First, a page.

Normally cyclosporins are unable to cross the blood-brain barrier. While they are lipophilic substances, they are thought to be blocked by the endothelial cell tight junctions. Interestingly, once the blood-brain barrier is disrupted, such as in culture, cyclosporins are specifically taken up & accumulated in neurons, achieving a high neuron to solution ratio of 20 after 25 minutes. This suggests, that if the blood-brain barrier where opened for even a short time, significant quantities could be actively taken into the brain neurons. Once the blood-brain barrier reclosed, the cyclosporins would remain trapped in the brain. The endothelial cells of the brain capillaries also have an ATP dependent active efflux mechanism for cyclosporins on their luminal surface mediated by the "multidrug transporter" P-glycoprotein. If cyclosporins were able to enter the endothelial cells, then their lipophilic nature would probably allow them ready access to the adjoining glia & neurons. Short term blocking or "poisoning" of this P-glycoprotein with medications or antibodies might provide an elegant & simple entry of cyclosporins across the blood-brain barrier during the crucial early hours after ischemia.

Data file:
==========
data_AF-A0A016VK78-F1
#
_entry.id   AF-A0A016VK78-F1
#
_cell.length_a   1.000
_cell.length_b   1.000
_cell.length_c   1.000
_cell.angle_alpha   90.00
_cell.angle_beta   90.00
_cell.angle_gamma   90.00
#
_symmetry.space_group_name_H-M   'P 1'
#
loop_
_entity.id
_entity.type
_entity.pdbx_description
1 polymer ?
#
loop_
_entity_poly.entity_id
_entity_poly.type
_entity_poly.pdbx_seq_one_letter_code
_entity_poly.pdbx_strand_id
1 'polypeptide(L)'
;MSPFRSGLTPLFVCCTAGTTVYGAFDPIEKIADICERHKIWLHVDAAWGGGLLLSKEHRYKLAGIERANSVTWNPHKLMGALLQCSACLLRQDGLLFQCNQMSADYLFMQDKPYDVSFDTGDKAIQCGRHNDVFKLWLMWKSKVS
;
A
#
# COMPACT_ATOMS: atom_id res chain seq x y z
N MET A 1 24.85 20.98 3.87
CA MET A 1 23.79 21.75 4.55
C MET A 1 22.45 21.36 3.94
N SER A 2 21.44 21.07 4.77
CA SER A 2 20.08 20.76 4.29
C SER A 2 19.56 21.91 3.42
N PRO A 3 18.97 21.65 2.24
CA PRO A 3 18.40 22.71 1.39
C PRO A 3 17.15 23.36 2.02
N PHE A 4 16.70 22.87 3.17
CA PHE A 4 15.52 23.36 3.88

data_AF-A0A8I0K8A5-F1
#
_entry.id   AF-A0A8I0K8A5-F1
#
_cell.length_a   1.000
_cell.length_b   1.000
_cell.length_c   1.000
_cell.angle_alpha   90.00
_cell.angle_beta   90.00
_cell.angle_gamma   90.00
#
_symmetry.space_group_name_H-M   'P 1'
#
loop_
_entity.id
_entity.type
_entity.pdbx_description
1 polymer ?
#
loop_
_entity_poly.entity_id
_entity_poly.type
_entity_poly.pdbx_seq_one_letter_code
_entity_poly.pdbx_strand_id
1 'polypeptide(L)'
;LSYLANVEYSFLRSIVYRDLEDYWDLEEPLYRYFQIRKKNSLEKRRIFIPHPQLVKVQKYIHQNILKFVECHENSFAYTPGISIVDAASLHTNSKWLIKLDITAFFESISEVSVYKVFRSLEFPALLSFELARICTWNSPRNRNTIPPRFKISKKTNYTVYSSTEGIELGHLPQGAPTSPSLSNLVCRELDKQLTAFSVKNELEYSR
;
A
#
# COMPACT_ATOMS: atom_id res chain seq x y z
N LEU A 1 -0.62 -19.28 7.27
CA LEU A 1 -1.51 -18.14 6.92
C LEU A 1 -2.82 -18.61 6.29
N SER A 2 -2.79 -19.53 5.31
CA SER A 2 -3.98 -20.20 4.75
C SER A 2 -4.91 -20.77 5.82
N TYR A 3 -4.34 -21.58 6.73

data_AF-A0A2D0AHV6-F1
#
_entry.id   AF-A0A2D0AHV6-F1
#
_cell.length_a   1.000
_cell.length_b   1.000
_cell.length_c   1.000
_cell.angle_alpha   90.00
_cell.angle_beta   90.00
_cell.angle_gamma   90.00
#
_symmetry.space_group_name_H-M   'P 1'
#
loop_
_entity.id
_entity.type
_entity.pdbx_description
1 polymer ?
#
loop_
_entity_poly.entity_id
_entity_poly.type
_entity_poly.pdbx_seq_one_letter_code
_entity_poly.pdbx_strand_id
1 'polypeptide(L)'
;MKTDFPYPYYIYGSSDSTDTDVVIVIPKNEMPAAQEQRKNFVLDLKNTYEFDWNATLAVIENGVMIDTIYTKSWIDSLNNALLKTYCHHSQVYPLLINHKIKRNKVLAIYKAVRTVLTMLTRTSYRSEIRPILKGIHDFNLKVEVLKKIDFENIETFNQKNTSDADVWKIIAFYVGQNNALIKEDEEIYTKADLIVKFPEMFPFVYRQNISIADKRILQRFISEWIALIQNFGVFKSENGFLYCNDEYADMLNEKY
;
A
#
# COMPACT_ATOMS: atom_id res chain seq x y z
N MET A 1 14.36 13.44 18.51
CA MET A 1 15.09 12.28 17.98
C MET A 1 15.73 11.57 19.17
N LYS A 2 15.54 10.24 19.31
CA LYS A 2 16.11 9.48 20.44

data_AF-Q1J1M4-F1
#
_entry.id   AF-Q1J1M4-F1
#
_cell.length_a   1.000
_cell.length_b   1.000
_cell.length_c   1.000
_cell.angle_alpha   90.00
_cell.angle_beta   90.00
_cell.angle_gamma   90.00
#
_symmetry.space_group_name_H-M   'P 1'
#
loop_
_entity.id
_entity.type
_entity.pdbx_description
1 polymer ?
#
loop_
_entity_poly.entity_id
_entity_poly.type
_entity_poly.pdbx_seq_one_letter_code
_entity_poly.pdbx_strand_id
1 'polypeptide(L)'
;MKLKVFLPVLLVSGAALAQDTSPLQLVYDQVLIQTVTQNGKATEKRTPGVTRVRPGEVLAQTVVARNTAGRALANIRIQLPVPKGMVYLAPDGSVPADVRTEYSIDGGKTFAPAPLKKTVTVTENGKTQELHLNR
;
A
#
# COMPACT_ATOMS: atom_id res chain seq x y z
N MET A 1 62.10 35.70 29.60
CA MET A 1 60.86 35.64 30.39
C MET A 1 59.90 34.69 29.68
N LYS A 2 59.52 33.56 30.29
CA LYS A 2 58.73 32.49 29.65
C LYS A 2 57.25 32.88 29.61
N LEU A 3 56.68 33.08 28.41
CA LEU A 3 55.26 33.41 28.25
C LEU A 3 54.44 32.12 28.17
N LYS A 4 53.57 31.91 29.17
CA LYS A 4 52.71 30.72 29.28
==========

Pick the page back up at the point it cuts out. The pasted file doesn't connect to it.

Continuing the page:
Cyclosporins can cross the blood-brain barrier in a number of ways: After cerebrovascular accident, the ischemia itself disrupts the blood-brain barrier within 6 hours, & molecules such as cyclosporins are able to enter the brain: Osmotic agents such as hypertonic radiocontrast agents, mannitol, urea, arabinose & saccharose solutions are able to temporarily disrupt the blood-brain barrier which can allow therapeutic drug delivery to the brain. These are typically given as hypertonic solution infused for 30 seconds through a major cerebral artery. The increased permeability can begin immediately & lasts between 20 minutes to 2 hours, with blockage of large molecules before small ones. This method of opening the blood-brain barrier for delivery of otherwise excluded chemotherapeutic drugs is used successfully to treat brain tumours in humans: The blood-brain barrier could be opened by the less invasive & more convenient intravenous route (through standard intravenous line in the antebrachial vein of the arm) with a mannitol solution: Chemicals such as positively charged protamine, disrupt the negative repulsing charge on the brain vascular endothelium, temporarily opening the blood-brain barrier. These are typically given by intracarotid injection: Cyclosporins could be altered in their composition chemically to better cross the blood-brain barrier by making it more lipid soluble, by (de)glycosylating, by cationizing, by liposome entrapping or by coupling or conjugating with a substance or carrier that facilitates transfer across the blood-brain barrier.